I used to live on a block you wouldn’t believe was real unless I took you by the hand and introduced you to all my neighbors.

When my car broke down beyond repair and I couldn’t afford to replace it, a neighbor down the street loaned me his—without cost and for as long as I needed. When the snow piled high, everyone on the block pitched in, making stew and digging out the neighborhood. When my next door neighbor became so sick from cancer that he could no longer walk down a half flight of stairs to bathe, another neighbor installed a handicap accessible bath on the main level.

The way I show up online is shaped in a profound way by these neighbors. They weren’t heroes, geniuses or thought leaders; they were everyday people who knew how to be good to one another.

I moved away just about a year ago, and a few months ago I went back to my old block for a visit. Neighbors had come and gone and I no longer knew everyone. Regardless,it was clear to me that I still care what happens there—once the block teaches you, one doesn’t forget how to be a good neighbor.

Studies show that little does more for the health of a community than neighbors committed to learning how to be good to one another. It changes how safe we feel in our homes and on our streets, the way we celebrate accomplishments, even our willingness to address collective challenges and conflict.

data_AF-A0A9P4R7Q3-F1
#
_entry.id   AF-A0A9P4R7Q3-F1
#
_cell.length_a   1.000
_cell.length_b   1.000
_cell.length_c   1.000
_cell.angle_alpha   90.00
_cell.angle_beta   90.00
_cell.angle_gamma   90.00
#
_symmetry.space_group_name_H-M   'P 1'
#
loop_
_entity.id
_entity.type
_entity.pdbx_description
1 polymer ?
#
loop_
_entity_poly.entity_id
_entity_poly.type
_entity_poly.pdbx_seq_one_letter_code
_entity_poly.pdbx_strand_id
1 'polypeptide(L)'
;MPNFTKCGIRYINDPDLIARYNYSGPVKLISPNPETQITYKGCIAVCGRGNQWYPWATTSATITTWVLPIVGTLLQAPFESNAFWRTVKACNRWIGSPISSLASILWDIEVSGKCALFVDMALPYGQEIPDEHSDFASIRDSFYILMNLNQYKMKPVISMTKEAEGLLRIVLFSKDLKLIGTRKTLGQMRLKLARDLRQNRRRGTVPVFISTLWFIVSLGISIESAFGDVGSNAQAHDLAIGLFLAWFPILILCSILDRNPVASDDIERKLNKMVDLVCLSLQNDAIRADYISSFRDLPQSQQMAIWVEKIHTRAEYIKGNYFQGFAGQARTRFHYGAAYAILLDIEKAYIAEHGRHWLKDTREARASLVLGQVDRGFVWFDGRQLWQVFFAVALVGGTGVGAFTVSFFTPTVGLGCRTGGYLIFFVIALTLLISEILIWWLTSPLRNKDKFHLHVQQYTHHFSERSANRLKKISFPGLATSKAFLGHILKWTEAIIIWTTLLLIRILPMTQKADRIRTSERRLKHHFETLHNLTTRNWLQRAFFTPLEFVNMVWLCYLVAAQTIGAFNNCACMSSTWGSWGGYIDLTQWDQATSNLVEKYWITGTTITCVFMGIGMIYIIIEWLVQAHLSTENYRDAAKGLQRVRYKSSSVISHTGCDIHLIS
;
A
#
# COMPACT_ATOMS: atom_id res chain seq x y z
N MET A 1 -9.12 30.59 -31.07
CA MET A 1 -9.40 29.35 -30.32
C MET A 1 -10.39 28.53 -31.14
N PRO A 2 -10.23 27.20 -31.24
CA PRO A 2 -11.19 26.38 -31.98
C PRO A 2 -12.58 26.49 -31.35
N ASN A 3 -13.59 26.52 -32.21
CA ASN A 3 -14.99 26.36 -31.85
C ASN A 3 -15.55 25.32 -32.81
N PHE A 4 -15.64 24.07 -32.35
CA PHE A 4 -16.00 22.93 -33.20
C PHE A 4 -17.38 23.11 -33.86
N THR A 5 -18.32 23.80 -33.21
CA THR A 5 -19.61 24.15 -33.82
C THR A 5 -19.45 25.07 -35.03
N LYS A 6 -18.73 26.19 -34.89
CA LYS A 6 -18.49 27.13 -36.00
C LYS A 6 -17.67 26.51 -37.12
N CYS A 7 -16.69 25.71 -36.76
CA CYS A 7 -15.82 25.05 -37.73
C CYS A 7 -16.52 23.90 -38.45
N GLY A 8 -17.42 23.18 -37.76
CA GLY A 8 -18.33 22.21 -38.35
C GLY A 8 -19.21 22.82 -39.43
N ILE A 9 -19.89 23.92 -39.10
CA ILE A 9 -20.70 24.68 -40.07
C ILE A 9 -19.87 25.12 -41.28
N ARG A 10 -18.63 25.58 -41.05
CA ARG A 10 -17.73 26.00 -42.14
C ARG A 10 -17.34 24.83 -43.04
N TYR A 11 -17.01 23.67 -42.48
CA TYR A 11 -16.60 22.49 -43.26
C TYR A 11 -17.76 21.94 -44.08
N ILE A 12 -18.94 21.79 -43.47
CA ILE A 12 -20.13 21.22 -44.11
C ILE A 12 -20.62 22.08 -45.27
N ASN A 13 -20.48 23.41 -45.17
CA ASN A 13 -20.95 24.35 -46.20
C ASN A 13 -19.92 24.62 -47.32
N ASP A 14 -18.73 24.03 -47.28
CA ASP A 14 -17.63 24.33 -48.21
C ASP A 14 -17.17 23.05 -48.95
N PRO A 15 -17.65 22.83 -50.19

Learning to be a good neighbor (collectively and individually) fundamentally changes the way we walk to the market, congratulate the kid next door on his first job and talk to the grumpy curmudgeon that lives on the corner.

How we show up matters. We don’t need to be perfect. We don’t need to know all the street lingo. We don’t even have to sit on the porch swing every evening—but we do have a responsibility to one another.
I’m not talking about co-dependent-care-taking, getting-all-up-in-the-neighbor’s-business or militant-neighborhood-watch kind of behavior. I’m talking about showing up in a way that communicates: what happens here matters.

When I soberly consider what we’re looking at as early Social Media users, it is very clear to me that I don’t have answers for all of the challenges and big questions we face as a community. I’m not sure what to do—or if there is anything to do—about all the changes we’re observing and creating.

But I do care what happens here—and that’s how I plan to keep showing up. It’s not everything, but it is definitely something.